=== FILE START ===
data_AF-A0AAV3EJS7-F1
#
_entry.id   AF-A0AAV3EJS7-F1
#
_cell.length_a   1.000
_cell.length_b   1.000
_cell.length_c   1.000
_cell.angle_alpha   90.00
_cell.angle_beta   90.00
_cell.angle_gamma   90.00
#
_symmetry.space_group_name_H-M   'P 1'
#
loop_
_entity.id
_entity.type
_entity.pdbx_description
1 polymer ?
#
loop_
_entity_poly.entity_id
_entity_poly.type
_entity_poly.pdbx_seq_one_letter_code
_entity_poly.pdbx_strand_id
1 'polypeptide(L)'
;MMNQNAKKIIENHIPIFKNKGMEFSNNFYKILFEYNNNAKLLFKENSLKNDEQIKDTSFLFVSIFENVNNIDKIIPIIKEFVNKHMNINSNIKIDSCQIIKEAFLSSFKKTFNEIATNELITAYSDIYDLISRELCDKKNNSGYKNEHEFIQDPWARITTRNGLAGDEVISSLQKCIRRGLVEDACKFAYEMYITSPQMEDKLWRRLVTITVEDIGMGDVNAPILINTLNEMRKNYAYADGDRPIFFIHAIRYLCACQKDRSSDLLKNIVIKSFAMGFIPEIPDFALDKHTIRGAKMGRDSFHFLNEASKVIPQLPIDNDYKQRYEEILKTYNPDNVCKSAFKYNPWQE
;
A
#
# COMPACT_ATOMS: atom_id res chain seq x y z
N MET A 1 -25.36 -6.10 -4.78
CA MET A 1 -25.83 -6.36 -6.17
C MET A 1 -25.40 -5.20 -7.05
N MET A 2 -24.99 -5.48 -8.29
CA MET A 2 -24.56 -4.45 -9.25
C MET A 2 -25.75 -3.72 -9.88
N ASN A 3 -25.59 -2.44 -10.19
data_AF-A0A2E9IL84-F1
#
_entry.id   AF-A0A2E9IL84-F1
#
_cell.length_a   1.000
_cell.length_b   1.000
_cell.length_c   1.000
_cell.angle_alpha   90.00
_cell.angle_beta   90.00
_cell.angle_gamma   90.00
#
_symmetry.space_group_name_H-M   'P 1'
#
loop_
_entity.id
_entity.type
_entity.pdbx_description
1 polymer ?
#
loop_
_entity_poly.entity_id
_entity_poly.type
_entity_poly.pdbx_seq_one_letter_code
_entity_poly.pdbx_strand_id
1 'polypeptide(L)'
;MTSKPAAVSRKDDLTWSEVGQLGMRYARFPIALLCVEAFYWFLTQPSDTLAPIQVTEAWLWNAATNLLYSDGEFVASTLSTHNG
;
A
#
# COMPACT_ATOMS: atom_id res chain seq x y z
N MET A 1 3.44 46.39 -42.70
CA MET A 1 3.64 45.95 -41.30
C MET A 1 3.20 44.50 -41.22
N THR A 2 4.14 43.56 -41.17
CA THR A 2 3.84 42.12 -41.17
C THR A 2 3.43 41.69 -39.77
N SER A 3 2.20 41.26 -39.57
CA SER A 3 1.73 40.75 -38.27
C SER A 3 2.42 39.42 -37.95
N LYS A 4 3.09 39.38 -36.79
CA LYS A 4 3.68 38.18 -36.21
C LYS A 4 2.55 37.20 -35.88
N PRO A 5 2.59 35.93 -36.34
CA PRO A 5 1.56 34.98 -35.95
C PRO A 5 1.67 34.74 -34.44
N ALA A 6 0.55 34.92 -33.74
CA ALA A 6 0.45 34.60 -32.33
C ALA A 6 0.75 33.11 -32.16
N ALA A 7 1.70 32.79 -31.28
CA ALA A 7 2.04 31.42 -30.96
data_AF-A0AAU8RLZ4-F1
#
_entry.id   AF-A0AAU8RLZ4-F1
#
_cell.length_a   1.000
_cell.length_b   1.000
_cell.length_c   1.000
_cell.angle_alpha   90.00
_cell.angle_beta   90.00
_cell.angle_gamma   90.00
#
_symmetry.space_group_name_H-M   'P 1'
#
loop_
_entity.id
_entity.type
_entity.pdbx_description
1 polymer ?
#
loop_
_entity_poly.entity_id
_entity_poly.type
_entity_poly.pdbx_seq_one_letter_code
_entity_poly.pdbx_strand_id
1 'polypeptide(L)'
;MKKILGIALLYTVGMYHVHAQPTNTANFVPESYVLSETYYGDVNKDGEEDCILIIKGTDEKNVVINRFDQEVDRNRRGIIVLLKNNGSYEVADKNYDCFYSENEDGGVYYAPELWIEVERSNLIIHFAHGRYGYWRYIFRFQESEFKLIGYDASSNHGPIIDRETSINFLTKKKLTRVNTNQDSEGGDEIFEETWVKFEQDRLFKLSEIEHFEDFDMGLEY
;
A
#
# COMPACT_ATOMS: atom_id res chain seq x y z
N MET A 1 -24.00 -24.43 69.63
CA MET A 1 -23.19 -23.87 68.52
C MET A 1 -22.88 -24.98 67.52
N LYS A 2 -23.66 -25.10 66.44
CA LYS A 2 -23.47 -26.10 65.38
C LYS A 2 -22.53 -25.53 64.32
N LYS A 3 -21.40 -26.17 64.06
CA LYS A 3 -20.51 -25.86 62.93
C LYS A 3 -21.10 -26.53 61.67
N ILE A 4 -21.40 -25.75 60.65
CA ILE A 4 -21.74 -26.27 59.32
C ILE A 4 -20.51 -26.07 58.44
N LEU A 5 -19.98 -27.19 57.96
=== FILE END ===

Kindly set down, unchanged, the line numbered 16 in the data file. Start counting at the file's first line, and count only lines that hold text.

_entity.type